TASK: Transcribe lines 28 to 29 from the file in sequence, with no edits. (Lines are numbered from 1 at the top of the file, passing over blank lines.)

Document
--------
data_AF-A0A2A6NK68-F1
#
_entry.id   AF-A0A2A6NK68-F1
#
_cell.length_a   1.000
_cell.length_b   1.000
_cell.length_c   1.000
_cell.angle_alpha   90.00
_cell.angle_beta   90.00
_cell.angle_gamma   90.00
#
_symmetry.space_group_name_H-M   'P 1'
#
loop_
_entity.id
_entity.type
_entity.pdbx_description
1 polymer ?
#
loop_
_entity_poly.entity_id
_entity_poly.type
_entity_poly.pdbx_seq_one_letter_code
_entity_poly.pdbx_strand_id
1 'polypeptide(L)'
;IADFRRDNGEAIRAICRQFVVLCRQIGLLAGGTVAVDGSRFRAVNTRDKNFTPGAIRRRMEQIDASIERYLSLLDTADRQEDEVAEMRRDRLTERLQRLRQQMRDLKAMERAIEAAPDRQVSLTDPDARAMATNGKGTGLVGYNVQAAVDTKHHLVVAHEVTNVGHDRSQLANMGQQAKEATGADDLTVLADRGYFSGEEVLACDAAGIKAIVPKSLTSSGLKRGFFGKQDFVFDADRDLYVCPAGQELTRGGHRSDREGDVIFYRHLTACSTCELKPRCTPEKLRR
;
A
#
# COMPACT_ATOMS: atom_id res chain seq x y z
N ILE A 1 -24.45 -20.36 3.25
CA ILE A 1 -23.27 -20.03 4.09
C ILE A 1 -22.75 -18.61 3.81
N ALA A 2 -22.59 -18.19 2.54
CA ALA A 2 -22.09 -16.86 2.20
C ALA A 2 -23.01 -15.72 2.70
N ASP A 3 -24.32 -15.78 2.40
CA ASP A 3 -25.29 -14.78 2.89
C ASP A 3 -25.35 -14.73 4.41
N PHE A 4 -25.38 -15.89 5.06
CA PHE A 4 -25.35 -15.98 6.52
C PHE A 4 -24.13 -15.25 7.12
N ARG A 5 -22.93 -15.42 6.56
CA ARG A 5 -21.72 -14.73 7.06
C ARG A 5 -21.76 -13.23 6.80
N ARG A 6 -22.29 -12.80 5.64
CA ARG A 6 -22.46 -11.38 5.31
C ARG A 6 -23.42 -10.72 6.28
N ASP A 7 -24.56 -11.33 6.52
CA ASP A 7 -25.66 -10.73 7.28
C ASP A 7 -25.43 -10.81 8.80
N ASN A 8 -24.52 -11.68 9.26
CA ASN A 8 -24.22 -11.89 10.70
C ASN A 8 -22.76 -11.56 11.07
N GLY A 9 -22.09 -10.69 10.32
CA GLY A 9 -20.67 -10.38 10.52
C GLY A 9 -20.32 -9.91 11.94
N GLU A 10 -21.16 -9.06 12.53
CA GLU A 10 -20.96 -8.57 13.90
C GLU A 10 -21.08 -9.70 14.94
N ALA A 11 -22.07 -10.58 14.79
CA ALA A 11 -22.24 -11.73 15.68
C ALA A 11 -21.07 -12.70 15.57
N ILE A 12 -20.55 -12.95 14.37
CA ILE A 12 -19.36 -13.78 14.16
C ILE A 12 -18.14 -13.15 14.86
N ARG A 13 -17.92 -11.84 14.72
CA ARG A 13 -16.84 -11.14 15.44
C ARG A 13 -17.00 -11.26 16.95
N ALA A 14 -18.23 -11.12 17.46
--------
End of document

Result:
A
#